I’m sure the wording of the spec could be improved, but I think if you ponder on it long enough, eventually you will see what it means …
I’m not sure if I’m there yet, but let me try to explain how I understand it:
First of all, CommonMark is not a full HTML parser. It has a bunch of rules to take care of many common patterns, but you’ll always find some edge cases that CommonMark will “misunderstand”.
Then, there are two types of HTML blocks: Ones that look for a matching end token and therefore should yield “whole” HTML elements (those are HTML blocks 1 to 5), and the ones that just detect a “partial” HTML element (those are the kinds 6 and 7).
The latter kind doesn’t care if it gets an opening or a closing tag and it doesn’t try to match them!
So in the example above, the part starting with
<table> is a HTML block of kind 6, which will end with a blank line. It does not check for a closing
</table> tag! The next line containing
<tr> could be anything, the CommonMark parser doesn’t care if it even looks like an HTML tag, as long as it’s not a blank line. The next blank line closes the HTML block of kind 6. It doesn’t really “know” that it’s an opening “table” tag and an opening “table row” tag. It could as well be some nonsense like:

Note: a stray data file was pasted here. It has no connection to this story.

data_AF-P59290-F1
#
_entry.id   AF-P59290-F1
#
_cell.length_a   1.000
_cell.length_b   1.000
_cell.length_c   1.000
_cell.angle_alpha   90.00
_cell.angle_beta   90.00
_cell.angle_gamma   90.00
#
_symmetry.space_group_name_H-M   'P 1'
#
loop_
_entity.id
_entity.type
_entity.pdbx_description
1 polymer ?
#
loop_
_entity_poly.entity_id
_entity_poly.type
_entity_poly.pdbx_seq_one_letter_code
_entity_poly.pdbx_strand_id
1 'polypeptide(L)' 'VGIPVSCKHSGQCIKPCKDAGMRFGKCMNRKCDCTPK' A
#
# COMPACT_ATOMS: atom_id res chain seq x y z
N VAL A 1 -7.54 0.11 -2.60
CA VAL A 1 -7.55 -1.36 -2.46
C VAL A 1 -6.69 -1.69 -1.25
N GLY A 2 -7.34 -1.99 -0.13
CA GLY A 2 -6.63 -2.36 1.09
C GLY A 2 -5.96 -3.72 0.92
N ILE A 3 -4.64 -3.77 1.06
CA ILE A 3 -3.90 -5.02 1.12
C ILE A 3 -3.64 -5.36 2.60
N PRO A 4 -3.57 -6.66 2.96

This would be the same kind 6 of HTML block. And this is the whole block. If there happens to follow a matching closing tag further down, the CommonMark parser doesn’t care.
You can check this by clicking on “AST” on this page.
No, because the
<tr> is meaningless for the parser. The blank line (in line 3) ends the HTML block consisting of
… and doesn’t care if the table or the row tag is ever closed.
And now to your original problem:
If you have a
<pre> following a line that starts with
<table, and no blank line in between, the HTML block of kind 6 “eats” your
<pre>. There will be no HTML block of kind 1, as you probably would expect. Therefore, as @kivikakk suggested, you should insert a blank line to make sure the kind 6 block is finished, in order for the block with
<pre> to properly become a kind 1 block.
The spec actually illustrates this behavior with several examples, you should have a look around example 132.